It doesn't take long to grow weary of politicians constantly in manipulation mode, always attempting to push some image cooked up by operatives. Honesty is never considered a viable strategy. Government is not bound by the restrictions of reality, at least in the short run, so their world of images and lies makes sense to them -- in the world of business, images have to be backed with substance, or the business doesn't succeed, unless that business has formed a partnership with government and receives subsidies and favors to avoid reality. But even in the political world, reality wins in the long run, when there's no more money to print, borrow or steal. 70 to 80 years is not a long time, historically speaking, to ruin a country, but it serves today as the long run.
Paying attention to our economic health requires the public developing a different mindset toward business people, investors, entrepreneurs, CEOs, regulations, interest rates, government policies. I believe many American citizens fell asleep and took business and production for granted -- they thought economic activity somehow happened automatically, not fully realizing that economic growth can come to a halt. This reality shock to the public has been good. It's easy for the public to fall under the spell of government magical thinking. The public begins to believe the talk about greedy business people, the fat cat rich bastards who spend all day counting the riches they steal from the poor (which is not very logical when you think about it).
The public is moving past the narrative of government saviors protecting the little people from the corporate masters, and they are realizing that a free market has a life of its own that can be made sick by government intervention and cronyism, and that it takes a certain environment for the economy to be healthy and vibrant, and that if businesses are doing good and feel confident about the future, they will expand and create jobs. Separation of State and economy is one of our biggest challenges, but it's something that has to be done if we are going to grow and prosper. Reality always wins, even if it takes awhile.
But, business itsef is also at fault, along with our education system, the media, Hollywood and parents. Those who are in business, or perhaps college students majoring in business, understand the nature of markets and importance of production, however, too many people don't understand. Society as a whole went too quickly to the higher needs as they criticized materialism in favor of spiritual and intellectual pursuits, the higher human needs on Maslow's scale. Since most people don't fully understand business, commerce, capitalism, they take it for granted. Not until there's a severe recession do people begin considering their basic needs and how these are cared for. Government has given the impression that basic needs will always be cared for by the welfare state, but what happens when we run out of money and can't borrow any more -- what happens when government is broke?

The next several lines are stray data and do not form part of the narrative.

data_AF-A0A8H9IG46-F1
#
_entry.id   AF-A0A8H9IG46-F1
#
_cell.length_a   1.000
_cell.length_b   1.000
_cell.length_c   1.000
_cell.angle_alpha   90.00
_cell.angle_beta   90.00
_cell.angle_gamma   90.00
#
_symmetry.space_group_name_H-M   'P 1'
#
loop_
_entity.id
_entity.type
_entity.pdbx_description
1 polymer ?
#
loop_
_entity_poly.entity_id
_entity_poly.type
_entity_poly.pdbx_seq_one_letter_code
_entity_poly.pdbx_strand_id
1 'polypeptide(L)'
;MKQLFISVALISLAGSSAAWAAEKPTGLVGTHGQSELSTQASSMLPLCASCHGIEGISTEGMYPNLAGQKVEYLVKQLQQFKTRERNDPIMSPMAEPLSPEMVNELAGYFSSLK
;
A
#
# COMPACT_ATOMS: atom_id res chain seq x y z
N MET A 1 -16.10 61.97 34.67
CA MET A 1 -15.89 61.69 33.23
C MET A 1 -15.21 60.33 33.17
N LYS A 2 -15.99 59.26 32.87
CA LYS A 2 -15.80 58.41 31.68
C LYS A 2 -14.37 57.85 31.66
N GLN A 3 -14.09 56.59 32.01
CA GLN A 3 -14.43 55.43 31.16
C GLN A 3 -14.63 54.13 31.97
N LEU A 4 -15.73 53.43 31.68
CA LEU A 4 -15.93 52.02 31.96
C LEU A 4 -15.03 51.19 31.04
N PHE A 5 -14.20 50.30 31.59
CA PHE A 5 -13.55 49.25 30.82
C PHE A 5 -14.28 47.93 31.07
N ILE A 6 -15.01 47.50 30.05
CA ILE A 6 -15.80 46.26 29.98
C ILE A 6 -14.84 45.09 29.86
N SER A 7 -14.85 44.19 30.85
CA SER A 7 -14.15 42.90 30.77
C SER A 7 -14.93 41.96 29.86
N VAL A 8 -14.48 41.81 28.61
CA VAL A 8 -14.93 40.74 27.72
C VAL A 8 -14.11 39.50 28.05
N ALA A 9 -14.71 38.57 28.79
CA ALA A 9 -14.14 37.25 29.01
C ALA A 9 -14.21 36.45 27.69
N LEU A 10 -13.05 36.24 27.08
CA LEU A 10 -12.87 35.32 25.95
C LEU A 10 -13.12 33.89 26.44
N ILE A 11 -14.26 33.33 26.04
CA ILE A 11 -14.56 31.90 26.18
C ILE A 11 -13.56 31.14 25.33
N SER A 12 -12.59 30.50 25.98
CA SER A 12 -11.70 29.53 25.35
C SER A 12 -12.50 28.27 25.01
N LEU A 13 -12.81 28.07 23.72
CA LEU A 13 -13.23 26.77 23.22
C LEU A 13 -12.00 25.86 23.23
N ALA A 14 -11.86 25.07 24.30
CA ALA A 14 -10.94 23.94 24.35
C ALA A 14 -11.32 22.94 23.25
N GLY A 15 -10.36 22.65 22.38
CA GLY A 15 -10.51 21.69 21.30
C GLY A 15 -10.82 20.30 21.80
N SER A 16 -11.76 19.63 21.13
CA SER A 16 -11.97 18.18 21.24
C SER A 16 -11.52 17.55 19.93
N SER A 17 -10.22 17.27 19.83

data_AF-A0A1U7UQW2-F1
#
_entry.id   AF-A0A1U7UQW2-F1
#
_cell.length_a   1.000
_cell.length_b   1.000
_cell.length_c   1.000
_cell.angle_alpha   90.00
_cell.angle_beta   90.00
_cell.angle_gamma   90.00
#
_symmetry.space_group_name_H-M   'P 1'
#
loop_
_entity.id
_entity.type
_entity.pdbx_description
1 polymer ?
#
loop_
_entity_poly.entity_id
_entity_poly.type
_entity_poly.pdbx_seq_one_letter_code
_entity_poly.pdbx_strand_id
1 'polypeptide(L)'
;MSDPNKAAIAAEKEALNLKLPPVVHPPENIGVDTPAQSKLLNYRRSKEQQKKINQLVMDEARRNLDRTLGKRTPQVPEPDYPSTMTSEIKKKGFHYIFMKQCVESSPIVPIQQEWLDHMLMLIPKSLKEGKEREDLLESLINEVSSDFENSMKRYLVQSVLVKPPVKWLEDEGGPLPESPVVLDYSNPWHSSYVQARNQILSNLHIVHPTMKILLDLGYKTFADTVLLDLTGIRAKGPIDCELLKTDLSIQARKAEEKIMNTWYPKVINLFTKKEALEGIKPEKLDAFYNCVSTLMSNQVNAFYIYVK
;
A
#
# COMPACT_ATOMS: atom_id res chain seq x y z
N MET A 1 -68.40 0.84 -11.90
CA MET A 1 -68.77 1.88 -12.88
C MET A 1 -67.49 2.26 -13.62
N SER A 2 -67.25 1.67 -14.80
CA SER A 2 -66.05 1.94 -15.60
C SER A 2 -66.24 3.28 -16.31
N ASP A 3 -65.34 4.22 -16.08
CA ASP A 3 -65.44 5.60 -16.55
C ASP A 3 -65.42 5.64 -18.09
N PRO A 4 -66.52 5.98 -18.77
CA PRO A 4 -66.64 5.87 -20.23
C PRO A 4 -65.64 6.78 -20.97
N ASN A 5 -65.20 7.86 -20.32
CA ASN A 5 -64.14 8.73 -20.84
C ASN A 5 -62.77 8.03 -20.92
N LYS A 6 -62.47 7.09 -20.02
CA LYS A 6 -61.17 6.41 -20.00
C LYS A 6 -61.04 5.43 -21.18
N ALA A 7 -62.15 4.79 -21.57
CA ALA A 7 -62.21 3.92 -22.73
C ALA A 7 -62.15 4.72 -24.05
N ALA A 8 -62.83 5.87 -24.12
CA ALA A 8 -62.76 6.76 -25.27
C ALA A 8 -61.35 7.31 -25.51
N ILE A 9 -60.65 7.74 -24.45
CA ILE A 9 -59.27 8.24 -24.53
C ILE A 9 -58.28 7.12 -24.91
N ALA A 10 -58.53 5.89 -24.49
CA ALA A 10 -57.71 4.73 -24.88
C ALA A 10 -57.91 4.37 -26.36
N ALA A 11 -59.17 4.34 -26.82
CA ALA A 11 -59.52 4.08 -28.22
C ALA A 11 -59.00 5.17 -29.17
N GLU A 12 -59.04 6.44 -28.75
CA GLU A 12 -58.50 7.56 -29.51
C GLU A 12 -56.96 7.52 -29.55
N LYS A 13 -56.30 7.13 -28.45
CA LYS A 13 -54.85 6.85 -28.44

When the economy was going strong, we could afford for businesses to experience profit-guilt and perform community out-reach as pentance for their sins, but business needs to get its house in order and stand tall -- push forth the narrative of production and economic growth, prosperity and charity. But so many businesses have sought advantages from government through corporate welfare and cronyism that the system needs to be reformed before there can be a proper understanding of the virtues of a free market. If the companies themselves can't end the game of rent-seeking, then we as a society need to help end this nation-defeating game. This is one of the main reasons for a limited government -- close the government feeding trough.
Once American industry has its house in order, competing in a vibrant free market, the public can learn the virtues of free enterprise once again and rebuke the anti-free market narrative which has led the nation astray. Young people will learn that it might be good to have a headful of post-modern theory while bantering in a coffee shop, but if they don't understand the basics of a free market and the deadend of statism, they won't have a job or a paycheck to pay for their latte, and the coffee shop will soon be out of business.
Yes, materialism, in and of itself, is an empty pursuit, but to reach the higher pursuits, our basic needs have to be cared for, and government isn't a good caretaker -- there's virtue in work and production -- there's happiness in achievement -- there's always hope as long as there is freedom. Let the market be free.